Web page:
Catherine Knight Steele is an Assistant Professor of Communication at the University of Maryland - College Park and was the Founding Director of the African American Digital Humanities Initiative (AADHum). Beginning in Spring of 2021, she will direct the Black Communication and Technology lab as a part of the Digital Inquiry, Speculation, Collaboration, & Optimism Network funded by the Andrew W. Mellon Foundation. Dr. Steele earned her Ph.D. in Communication from the University of Illinois at Chicago. Her research focuses on race, gender, and media, with a specific emphasis on African American culture and discourse in traditional and new media. She examines representations of marginalized communities in the media and how groups resist oppression and utilize online technology to create spaces of community. Dr. Steele's research on the Black blogosphere, digital discourses of resistance and joy, and digital Black feminism has been published in such journals as Social Media + Society, Information, Communication and Society, and Television and New Media. Her book Digital Black Feminism (NYU, 2021), examines the relationship between Black women and technology as a centuries-long gendered and raced project in the U.S. Using the virtual beauty shop as a metaphor, Digital Black Feminism walks readers through the technical skill, communicative expertise, and entrepreneurial acumen of Black women’s labor—born of survival strategies and economic necessity—both on and offline.

Lisa Nakamura is the Gwendolyn Calvert Baker Collegiate Professor in the Department of American Cultures, and the founding Director of the Digital Studies Institute, at the University of Michigan, Ann Arbor. Since 1994, Nakamura has written books and articles on digital bodies, race, and gender in online environments, on toxicity in video game culture, and the many reasons that Internet research needs ethnic and gender studies. These books include, Race After the Internet (co-edited with Peter Chow-White, Routledge, 2011); Digitizing Race: Visual Cultures of the Internet (Minnesota, 2007); Cybertypes: Race, Ethnicity, and Identity on the Internet (Routledge, 2002); and Race in Cyberspace (co-edited with Beth Kolko and Gil Rodman, Routledge, 2000). In November 2019, Nakamura gave a TED NYC talk about her research called “The Internet is a Trash Fire. Here’s How to Fix It.”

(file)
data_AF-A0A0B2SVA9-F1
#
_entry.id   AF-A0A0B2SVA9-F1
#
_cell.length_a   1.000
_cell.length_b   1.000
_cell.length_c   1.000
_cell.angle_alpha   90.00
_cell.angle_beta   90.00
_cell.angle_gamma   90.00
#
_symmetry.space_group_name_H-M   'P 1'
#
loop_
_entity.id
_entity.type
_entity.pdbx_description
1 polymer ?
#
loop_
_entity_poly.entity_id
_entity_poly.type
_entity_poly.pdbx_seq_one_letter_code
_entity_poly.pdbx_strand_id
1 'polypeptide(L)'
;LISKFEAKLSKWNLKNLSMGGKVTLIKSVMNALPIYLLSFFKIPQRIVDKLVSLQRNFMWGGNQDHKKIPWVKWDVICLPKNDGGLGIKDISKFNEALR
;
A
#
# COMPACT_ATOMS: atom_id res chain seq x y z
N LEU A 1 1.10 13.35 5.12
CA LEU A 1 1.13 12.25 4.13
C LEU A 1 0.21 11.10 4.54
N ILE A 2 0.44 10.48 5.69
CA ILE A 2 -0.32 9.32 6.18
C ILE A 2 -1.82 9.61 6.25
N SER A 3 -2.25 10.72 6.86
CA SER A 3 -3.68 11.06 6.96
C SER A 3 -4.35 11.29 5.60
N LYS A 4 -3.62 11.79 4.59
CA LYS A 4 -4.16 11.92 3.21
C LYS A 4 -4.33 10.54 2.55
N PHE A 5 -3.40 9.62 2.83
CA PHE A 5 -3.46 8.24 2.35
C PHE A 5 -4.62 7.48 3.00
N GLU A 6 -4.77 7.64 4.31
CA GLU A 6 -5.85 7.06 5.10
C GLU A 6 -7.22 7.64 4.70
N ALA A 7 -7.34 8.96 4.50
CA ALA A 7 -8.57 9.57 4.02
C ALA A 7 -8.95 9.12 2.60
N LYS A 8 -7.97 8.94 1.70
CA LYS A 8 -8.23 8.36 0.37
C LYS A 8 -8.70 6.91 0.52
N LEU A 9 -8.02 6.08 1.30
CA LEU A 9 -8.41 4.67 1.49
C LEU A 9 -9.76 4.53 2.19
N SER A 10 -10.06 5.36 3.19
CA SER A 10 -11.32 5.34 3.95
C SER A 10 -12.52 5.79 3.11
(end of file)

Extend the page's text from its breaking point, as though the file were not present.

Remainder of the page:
M. Remi Yergeau is Associate Professor of Digital Studies and English, and Associate Director of the Digital Studies Institute, at the University of Michigan. Their book, Authoring Autism: On Rhetoric and Neurological Queerness, was awarded the 2018 MLA First Book Prize, the 2019 CCCC Lavender Rhetorics Book Award for Excellence in Queer Scholarship, and the 2019 Rhetoric Society of America Book Award. They are currently at work on a second book project about disability, digital rhetoric, surveillance, and (a)sociality, tentatively titled Crip Data. Active in the neurodiversity movement, they have previously served on the boards of the Autistic Self Advocacy Network (ASAN) and the Autism National Committee (AutCom).